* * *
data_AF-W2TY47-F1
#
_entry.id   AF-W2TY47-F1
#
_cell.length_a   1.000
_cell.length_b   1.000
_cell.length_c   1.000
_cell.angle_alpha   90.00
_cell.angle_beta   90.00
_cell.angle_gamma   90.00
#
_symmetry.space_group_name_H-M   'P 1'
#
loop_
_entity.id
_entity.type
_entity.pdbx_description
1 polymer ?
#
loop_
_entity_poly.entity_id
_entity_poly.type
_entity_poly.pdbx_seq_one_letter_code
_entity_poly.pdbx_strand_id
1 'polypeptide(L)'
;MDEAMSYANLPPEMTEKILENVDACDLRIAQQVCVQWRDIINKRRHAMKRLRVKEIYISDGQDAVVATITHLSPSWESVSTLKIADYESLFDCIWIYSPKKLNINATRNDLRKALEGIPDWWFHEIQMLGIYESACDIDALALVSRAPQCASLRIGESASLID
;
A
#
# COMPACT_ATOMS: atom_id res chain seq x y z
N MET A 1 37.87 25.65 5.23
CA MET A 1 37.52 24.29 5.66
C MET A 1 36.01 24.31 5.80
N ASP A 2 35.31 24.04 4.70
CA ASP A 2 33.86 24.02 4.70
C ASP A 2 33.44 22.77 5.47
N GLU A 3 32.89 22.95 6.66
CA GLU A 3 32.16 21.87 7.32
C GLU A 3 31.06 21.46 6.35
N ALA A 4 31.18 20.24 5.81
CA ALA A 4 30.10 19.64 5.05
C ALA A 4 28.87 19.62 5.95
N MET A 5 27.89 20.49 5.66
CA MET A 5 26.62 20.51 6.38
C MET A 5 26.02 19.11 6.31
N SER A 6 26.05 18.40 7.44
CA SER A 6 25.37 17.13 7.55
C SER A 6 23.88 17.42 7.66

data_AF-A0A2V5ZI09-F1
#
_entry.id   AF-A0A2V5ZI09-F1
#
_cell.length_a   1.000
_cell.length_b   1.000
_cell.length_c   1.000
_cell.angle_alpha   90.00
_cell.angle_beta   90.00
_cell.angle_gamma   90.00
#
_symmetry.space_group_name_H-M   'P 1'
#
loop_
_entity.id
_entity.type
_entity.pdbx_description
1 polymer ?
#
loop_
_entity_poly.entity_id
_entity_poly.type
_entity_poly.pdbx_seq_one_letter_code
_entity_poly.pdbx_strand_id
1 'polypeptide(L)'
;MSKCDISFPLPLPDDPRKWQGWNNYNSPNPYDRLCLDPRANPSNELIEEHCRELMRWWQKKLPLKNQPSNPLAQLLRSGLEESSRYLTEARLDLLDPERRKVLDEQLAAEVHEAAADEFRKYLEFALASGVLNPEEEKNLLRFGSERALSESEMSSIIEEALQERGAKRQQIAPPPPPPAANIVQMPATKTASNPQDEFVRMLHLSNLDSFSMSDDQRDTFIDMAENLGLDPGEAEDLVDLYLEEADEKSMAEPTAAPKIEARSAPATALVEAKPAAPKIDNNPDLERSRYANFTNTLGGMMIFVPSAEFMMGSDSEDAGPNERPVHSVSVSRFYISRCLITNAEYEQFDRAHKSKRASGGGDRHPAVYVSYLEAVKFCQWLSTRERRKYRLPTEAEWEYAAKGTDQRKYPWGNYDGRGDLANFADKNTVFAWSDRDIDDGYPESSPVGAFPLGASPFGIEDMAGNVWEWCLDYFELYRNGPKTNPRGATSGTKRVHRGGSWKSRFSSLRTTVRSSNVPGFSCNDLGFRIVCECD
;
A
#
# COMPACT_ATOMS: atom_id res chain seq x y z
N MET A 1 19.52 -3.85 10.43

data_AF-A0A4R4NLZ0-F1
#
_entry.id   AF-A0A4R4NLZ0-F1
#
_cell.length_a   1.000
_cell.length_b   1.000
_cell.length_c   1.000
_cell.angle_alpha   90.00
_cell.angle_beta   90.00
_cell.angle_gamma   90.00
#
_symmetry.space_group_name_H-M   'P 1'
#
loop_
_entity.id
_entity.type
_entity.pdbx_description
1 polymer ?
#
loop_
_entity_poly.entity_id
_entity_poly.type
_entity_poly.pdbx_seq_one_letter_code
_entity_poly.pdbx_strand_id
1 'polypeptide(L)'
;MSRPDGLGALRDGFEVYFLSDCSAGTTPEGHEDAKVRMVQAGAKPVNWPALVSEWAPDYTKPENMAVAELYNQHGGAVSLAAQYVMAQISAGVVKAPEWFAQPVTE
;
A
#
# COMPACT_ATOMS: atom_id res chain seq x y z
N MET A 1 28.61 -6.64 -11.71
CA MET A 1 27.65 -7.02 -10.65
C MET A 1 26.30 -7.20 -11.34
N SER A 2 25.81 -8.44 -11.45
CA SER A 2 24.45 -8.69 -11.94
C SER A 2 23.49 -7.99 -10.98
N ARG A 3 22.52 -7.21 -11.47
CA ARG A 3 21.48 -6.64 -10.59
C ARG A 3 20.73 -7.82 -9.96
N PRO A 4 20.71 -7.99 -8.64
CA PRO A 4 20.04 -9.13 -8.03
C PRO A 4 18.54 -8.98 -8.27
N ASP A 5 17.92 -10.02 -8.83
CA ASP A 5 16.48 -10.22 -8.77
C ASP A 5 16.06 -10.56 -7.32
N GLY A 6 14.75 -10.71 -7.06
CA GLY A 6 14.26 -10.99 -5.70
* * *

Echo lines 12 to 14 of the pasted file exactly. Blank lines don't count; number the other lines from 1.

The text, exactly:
_symmetry.space_group_name_H-M   'P 1'
#
loop_